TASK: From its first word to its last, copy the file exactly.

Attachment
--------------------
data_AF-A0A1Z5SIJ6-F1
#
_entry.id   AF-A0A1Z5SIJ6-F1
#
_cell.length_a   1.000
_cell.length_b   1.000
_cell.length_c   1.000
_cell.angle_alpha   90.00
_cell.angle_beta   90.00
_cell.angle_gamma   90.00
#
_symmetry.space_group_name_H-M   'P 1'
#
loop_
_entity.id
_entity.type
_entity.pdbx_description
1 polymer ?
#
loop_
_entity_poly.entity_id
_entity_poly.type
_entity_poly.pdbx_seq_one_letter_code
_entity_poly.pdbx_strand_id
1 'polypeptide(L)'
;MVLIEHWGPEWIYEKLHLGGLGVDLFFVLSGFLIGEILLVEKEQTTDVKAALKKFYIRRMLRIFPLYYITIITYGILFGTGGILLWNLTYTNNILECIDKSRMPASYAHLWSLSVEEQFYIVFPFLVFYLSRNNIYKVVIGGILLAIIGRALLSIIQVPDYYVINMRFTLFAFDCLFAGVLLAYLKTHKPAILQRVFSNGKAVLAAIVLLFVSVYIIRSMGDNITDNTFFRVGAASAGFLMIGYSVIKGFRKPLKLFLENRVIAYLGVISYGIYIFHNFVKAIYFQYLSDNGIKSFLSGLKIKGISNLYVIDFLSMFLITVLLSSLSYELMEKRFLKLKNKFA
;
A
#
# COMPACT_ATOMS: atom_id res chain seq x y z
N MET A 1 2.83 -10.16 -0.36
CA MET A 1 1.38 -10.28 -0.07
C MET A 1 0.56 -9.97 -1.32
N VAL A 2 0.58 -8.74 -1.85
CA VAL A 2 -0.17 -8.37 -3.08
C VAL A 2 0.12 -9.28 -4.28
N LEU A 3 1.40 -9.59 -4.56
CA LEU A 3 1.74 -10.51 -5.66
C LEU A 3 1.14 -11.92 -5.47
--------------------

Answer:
data_AF-A0A1Z5SIJ6-F1
#
_entry.id   AF-A0A1Z5SIJ6-F1
#
_cell.length_a   1.000
_cell.length_b   1.000
_cell.length_c   1.000
_cell.angle_alpha   90.00
_cell.angle_beta   90.00
_cell.angle_gamma   90.00
#
_symmetry.space_group_name_H-M   'P 1'
#
loop_
_entity.id
_entity.type
_entity.pdbx_description
1 polymer ?
#
loop_
_entity_poly.entity_id
_entity_poly.type
_entity_poly.pdbx_seq_one_letter_code
_entity_poly.pdbx_strand_id
1 'polypeptide(L)'
;MVLIEHWGPEWIYEKLHLGGLGVDLFFVLSGFLIGEILLVEKEQTTDVKAALKKFYIRRMLRIFPLYYITIITYGILFGTGGILLWNLTYTNNILECIDKSRMPASYAHLWSLSVEEQFYIVFPFLVFYLSRNNIYKVVIGGILLAIIGRALLSIIQVPDYYVINMRFTLFAFDCLFAGVLLAYLKTHKPAILQRVFSNGKAVLAAIVLLFVSVYIIRSMGDNITDNTFFRVGAASAGFLMIGYSVIKGFRKPLKLFLENRVIAYLGVISYGIYIFHNFVKAIYFQYLSDNGIKSFLSGLKIKGISNLYVIDFLSMFLITVLLSSLSYELMEKRFLKLKNKFA
;
A
#
# COMPACT_ATOMS: atom_id res chain seq x y z
N MET A 1 2.83 -10.16 -0.36
CA MET A 1 1.38 -10.28 -0.07
C MET A 1 0.56 -9.97 -1.32
N VAL A 2 0.58 -8.74 -1.85
CA VAL A 2 -0.17 -8.37 -3.08
C VAL A 2 0.12 -9.28 -4.28
N LEU A 3 1.40 -9.59 -4.56
CA LEU A 3 1.74 -10.51 -5.66
C LEU A 3 1.14 -11.92 -5.47